Mnemiopsis leidyi invasion
The main objective of this site is to film and photograph the various marine species present in our Mediterranean Sea and, as can now be seen, also in the “other seas“. By publishing these videos, in a certain sense, even if we don’t want to, we are monitoring and documenting the state of health of the sea and the various ecosystems and habitats.
And also this summer we found ourselves faced with the now regular invasion of the Sea walnut, Mnemiopsis leidyi (warty comb jelly or sea walnut). This phenomenon is becoming more and more frequent throughout the summers, and it is now clear that the main cause of these invasions is the increase in sea temperature.
The warming of the seas, caused by global warming, is favoring a northernization of the European range of Mnemiopsis leidyi. According to some estimates, in 2100 the ctenophore will also be able to colonize the seas of the Arctic, where predation on calanoids (an important food source for some whales, among others) could reach very impressive rates.
Sea walnut (Mnemiopsis leidyi A. Agassiz, 1865) is a ctenophore belonging to the Bolinopsidae family. Two other species belong to the genus Mnemiopsis Agassiz, 1860: M. gardeni and M. mccradyi, with a different distribution area; the most accepted opinion, however, is that the three species are different zoological forms of M. leidyi even if they show a certain polymorphism due to environmental adaptations.
Mnemiopsis is easily mistaken for a jellyfish due to its transparency, but it is far from being so. The transparent and oval body has six lobes, two of which are evident at first sight (each large lobe alternates with two small ones), on which rows of ciliated combs are arranged; two rows for each large lobe and only one for each small lobe. These eyelashes glow a blue-green light when stimulated by light or touch.
It uses its numerous tentacles to feed itself, but unlike cnidarians, they are not stinging for humans: they are adhesive colloblasts that do not emit any toxins and are arranged along two long and thin tentacles that float in the water. The entire body is made up of 97% water and is small in size: it measures approximately 7–12 centimeters long by 2.5 cm wide.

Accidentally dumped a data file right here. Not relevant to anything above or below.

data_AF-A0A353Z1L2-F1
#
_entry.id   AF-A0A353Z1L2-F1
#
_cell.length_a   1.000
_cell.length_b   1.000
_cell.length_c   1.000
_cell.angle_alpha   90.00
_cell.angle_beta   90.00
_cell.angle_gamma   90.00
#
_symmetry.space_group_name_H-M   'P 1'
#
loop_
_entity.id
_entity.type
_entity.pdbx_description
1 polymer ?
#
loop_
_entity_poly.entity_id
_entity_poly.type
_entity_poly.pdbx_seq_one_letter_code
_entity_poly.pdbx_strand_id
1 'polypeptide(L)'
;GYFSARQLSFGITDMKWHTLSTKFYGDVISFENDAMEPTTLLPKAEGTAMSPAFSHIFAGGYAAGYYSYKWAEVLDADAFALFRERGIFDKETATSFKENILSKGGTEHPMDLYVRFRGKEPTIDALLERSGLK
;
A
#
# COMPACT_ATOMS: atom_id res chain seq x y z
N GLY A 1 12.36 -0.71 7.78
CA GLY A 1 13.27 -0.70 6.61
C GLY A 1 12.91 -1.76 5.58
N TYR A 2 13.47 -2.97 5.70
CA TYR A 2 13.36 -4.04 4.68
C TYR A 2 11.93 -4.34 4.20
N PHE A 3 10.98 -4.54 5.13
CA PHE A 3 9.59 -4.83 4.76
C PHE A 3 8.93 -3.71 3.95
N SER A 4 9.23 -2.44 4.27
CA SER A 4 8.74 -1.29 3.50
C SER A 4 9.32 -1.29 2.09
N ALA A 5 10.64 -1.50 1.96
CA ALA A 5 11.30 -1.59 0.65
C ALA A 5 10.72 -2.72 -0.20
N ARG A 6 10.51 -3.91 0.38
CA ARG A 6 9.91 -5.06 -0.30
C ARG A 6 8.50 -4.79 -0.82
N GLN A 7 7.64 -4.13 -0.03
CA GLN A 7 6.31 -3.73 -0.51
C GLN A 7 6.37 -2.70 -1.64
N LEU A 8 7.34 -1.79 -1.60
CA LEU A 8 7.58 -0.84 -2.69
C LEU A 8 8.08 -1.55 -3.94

Distribution and habitat
It is a species native to the Atlantic introduced with ballast water from tankers in the Black Sea, where it has been observed since the late 1980s. Subsequently the species was observed in the Caspian Sea starting from 1997. Over time it also colonized other seas: in the 1990s the ctenophore was observed in the Aegean Sea from which, after 10 years of latency, it began to expand up to colonize the entire Mediterranean.
Mnemiopsis has been included in the list of the 100 most harmful invasive species in the world. The damage is due to its prolificacy and its zooplankton-based diet. It has been calculated, for example, that its presence is at the origin of the 80% decline in zooplankton in the Caspian Sea. Its introduction into the Black Sea has had strong repercussions on the environment and the economy. In other seas its impact has been important, even if less, probably due to the presence of predators or other planktophages. The harmfulness derives from the consequences of its development (it adapts very easily to new environments, withstanding large temperature variations), since the decrease in zooplankton directly or indirectly reduces local fish populations.